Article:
str(x)
'data.frame':   150 obs. of  5 variables:
 $ Sepal.Length: num  -0.898 -1.139 -1.381 -1.501 -1.018 ...
 $ Sepal.Width : num  1.0156 -0.1315 0.3273 0.0979 1.245 ...
 $ Petal.Length: num  -1.34 -1.34 -1.39 -1.28 -1.34 ...
 $ Petal.Width : num  -1.31 -1.31 -1.31 -1.31 -1.31 ...
 $ Species     : Factor w/ 3 levels "setosa","versicolor",..: 1 1 1 1 1 1 1 1 1 1 ...

5.1.2 Step 2: Edit into a function

Here we just replace iris with the parameter dfr. In RStudio you can use the menus Code -- Extract Function.

scale_df <- function(dfr) {
    x <- dfr
    cols <- sapply(dfr, is.numeric)
    scaledvars <- scale(dfr[, cols])
    x[, cols] <- scaledvars
    return(x) # or just "x"
}

5.1.3 Step 3: Test it on something

Preferably a couple of things you expect to work, and a couple of things you expect to fail.

z <- scale_df(iris)
head(z)
  Sepal.Length Sepal.Width Petal.Length Petal.Width Species
1   -0.8976739  1.01560199    -1.335752   -1.311052  setosa
2   -1.1392005 -0.13153881    -1.335752   -1.311052  setosa
3   -1.3807271  0.32731751    -1.392399   -1.311052  setosa
4   -1.5014904  0.09788935    -1.279104   -1.311052  setosa
5   -1.0184372  1.24503015    -1.335752   -1.311052  setosa
6   -0.5353840  1.93331463    -1.165809   -1.048667  setosa

5.2 Refinement one: testing the input

Make sure dfr is a data frame!

scale_df2 <- function(dfr) {
    if (!is.data.frame(dfr)) {stop("dfr must be a data frame")}
    x <- dfr
    cols <- sapply(dfr, is.numeric)
    scaledvars <- scale(dfr[, cols])
    x[, cols] <- scaledvars
    return(x)
}
z <- scale_df2(iris)
head(z)
  Sepal.Length Sepal.Width Petal.Length Petal.Width Species
1   -0.8976739  1.01560199    -1.335752   -1.311052  setosa
2   -1.1392005 -0.13153881    -1.335752   -1.311052  setosa
3   -1.3807271  0.32731751    -1.392399   -1.311052  setosa
4   -1.5014904  0.09788935    -1.279104   -1.311052  setosa
5   -1.0184372  1.24503015    -1.335752   -1.311052  setosa
6   -0.5353840  1.93331463    -1.165809   -1.048667  setosa
scale_df2(iris$Sepal.Length)
Error in scale_df2(iris$Sepal.Length): dfr must be a data frame

5.3 Refinement two: make it a method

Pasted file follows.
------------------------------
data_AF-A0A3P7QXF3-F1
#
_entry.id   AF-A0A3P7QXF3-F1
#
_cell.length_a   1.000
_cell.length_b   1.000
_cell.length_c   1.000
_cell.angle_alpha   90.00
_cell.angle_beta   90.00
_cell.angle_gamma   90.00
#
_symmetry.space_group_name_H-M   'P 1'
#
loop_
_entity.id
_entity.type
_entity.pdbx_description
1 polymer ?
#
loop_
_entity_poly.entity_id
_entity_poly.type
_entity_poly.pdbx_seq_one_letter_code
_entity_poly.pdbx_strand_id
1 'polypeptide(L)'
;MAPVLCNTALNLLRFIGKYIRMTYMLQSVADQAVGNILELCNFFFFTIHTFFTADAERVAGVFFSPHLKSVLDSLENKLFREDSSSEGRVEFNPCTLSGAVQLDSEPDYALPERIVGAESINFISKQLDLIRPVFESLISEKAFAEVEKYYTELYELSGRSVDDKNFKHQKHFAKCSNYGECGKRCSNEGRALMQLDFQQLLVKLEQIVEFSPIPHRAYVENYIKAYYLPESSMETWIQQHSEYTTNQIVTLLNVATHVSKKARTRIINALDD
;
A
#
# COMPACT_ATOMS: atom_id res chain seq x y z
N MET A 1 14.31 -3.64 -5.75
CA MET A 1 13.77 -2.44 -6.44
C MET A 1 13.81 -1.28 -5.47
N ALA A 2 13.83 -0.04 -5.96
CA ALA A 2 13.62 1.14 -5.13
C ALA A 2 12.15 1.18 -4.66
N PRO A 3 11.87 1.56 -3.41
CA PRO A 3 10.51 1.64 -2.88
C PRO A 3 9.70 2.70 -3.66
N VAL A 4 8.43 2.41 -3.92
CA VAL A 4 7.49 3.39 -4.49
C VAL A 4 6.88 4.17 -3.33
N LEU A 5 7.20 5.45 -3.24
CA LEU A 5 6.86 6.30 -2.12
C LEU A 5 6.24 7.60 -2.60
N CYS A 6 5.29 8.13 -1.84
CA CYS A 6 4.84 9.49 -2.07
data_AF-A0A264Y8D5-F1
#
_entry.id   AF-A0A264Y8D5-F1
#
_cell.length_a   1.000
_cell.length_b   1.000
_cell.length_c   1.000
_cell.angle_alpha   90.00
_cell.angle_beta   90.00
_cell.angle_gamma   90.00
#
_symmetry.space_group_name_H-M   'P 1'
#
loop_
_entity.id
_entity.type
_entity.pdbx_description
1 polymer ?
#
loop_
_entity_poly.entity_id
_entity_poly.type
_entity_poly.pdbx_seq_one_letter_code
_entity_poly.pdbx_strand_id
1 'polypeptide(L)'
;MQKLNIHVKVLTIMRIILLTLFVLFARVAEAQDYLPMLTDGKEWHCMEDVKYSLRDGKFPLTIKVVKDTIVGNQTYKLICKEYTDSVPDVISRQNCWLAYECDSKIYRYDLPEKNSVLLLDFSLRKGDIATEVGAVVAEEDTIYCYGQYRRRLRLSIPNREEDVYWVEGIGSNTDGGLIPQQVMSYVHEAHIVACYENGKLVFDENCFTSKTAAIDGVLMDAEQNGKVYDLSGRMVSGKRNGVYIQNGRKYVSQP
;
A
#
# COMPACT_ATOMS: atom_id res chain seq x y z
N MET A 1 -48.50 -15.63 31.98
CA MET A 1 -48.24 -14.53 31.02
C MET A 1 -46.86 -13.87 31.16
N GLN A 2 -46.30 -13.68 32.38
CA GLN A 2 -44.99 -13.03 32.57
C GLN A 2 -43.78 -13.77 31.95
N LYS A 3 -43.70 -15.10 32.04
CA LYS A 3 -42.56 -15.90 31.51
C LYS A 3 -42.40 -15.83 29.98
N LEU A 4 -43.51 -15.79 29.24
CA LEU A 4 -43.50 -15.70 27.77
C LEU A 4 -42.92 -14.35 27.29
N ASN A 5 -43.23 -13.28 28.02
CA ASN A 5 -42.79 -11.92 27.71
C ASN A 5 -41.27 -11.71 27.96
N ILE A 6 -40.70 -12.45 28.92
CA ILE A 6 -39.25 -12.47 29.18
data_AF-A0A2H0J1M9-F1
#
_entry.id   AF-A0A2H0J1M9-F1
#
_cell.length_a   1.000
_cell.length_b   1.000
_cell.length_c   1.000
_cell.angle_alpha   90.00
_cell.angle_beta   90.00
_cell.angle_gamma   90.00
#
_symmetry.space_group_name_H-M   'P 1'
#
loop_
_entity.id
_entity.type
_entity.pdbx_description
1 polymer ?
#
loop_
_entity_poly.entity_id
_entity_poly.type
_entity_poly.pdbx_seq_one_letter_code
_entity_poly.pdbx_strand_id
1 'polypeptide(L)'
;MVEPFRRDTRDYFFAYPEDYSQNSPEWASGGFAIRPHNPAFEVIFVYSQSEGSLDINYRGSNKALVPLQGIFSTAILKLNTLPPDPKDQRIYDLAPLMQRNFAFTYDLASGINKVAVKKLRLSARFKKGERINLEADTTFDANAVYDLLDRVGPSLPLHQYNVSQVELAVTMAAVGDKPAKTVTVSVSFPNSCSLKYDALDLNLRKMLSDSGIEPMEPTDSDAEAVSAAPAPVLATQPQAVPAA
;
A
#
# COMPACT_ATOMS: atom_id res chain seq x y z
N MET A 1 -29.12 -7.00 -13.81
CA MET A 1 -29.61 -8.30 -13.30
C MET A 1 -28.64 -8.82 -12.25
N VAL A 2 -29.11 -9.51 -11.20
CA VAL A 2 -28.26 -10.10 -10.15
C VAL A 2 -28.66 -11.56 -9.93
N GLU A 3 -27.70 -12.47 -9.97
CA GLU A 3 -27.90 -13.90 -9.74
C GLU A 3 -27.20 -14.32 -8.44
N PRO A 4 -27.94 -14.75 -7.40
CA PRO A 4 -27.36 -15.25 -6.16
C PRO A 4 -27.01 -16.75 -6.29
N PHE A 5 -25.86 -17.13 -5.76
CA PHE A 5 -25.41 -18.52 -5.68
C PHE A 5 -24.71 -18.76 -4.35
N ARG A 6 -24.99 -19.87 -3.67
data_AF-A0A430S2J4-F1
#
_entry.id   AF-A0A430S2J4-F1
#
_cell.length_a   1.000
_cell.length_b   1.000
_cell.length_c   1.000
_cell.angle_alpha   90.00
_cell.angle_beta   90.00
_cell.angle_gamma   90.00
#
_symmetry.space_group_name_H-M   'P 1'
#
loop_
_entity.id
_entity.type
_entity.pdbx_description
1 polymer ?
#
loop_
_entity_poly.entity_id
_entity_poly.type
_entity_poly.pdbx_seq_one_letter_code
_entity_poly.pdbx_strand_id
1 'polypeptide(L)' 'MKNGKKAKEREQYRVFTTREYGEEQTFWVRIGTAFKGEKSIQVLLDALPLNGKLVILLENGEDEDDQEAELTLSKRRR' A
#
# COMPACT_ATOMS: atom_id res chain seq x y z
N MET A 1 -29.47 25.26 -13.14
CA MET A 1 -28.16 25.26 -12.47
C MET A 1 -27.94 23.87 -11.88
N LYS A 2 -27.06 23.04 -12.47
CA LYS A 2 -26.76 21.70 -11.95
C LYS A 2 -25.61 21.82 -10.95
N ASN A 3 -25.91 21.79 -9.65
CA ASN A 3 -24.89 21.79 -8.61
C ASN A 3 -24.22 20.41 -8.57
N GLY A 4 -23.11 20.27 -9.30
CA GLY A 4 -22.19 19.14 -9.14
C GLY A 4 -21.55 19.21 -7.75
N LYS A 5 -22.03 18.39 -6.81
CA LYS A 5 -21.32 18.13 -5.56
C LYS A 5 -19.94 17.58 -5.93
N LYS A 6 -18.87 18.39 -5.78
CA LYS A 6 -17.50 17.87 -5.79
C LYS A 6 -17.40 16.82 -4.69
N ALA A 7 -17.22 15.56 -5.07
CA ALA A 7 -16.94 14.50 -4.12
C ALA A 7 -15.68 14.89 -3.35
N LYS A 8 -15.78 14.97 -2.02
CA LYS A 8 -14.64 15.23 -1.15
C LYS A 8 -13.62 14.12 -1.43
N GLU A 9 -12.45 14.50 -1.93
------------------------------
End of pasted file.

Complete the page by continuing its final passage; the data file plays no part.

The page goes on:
We'll chose a function name that makes this a "method" of the generic function, scale().

scale.data.frame <- function(dfr) {
    if (!is.data.frame(dfr)) {stop("dfr must be a data frame")}
    x <- dfr
    cols <- sapply(dfr, is.numeric)
    scaledvars <- scale.default(dfr[, cols]) # otherwise we get a recursive loop
    x[, cols] <- scaledvars
    return(x)
}

z <- scale.data.frame(iris)
head(z)
  Sepal.Length Sepal.Width Petal.Length Petal.Width Species
1   -0.8976739  1.01560199    -1.335752   -1.311052  setosa
2   -1.1392005 -0.13153881    -1.335752   -1.311052  setosa
3   -1.3807271  0.32731751    -1.392399   -1.311052  setosa
4   -1.5014904  0.09788935    -1.279104   -1.311052  setosa
5   -1.0184372  1.24503015    -1.335752   -1.311052  setosa
6   -0.5353840  1.93331463    -1.165809   -1.048667  setosa
scale.data.frame(iris$Sepal.Length)
Error in scale.data.frame(iris$Sepal.Length): dfr must be a data frame

5.3.1 Here is the magic!

z <- scale(iris)

head(z)
  Sepal.Length Sepal.Width Petal.Length Petal.Width Species
1   -0.8976739  1.01560199    -1.335752   -1.311052  setosa
2   -1.1392005 -0.13153881    -1.335752   -1.311052  setosa
3   -1.3807271  0.32731751    -1.392399   -1.311052  setosa
4   -1.5014904  0.09788935    -1.279104   -1.311052  setosa
5   -1.0184372  1.24503015    -1.335752   -1.311052  setosa
6   -0.5353840  1.93331463    -1.165809   -1.048667  setosa
str(z)
'data.frame':   150 obs. of  5 variables:
 $ Sepal.Length: num  -0.898 -1.139 -1.381 -1.501 -1.018 ...
 $ Sepal.Width : num  1.0156 -0.1315 0.3273 0.0979 1.245 ...
 $ Petal.Length: num  -1.34 -1.34 -1.39 -1.28 -1.34 ...